The restaurant overlooks the runway, and it’s called Pilot Pete’s.   It has an aviation theme (surprise!) with large scale model airplanes hanging from the ceiling, airline seats in the waiting area, and other general air knick-knacks as decorations.

I admire the owner/manager, this place has a very long menu, seemingly no pre-prepared dishes, as well as daily specials. It has to be a chore to keep everything running smoothly. The waitstaff is clad in shirts that say “Flight Crew,” and the couple I talked to said they’d worked there for years and wouldn’t work anyplace else.

Although this place is apparently known for its version of the hundred dollar hamburger, I was in the mood for something a little different, and surprise, I over ordered.  Started with an amazing “Fall Salad”, which crisp greens, blueberry, chicken and damn near a half pound of feta.  Salad came with soup, and I opted for French Onion, piping hot, flavorful, with the traditional baked cheese/crouton cap.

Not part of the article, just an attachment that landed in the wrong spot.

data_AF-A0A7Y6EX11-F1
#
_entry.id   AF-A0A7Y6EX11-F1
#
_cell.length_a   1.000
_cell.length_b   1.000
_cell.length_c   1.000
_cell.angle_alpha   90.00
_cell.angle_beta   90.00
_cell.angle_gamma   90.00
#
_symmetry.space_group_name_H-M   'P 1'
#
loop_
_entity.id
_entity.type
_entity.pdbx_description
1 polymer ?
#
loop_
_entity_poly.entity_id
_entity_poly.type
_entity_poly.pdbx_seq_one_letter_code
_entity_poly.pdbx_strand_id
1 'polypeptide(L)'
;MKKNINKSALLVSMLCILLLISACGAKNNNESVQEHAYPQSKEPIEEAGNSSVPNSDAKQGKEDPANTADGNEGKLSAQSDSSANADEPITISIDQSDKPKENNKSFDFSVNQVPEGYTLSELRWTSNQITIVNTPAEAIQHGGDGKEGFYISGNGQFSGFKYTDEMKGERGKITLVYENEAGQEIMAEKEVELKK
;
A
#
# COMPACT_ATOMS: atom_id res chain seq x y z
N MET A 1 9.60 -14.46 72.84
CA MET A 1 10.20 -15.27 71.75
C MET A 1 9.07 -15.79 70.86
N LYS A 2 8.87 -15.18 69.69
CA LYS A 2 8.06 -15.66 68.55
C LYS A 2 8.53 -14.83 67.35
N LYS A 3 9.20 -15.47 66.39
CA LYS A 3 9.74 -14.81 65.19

Launched into the restaurant’s version of a Cuban, which the menu says is an homage to the one prepared by Treasure Island in Tampa.  Pete’s strayed a little bit by adding mayo, tomato, and lettuce, which didn’t take away from the quality meats and cheese, which were amply packed between  pressed  halves of a garlic Cuban baguette.

The only downside to the meal were the accompanying fries, which were the extruded type, good flavoring and seasoning, just not a personal favorite. Overall, it was a terrific meal with portion sizes that could easily have served three.   Sandwich, soup, salad, cocktail, $40 including tip.

Here’s the menu.   (Update, October 2015).  Had their “hundred dollar burger” and onion blossom.  I added Asiago and onion straws to the 10 oz medium rare patty. Excellent. Pics down below.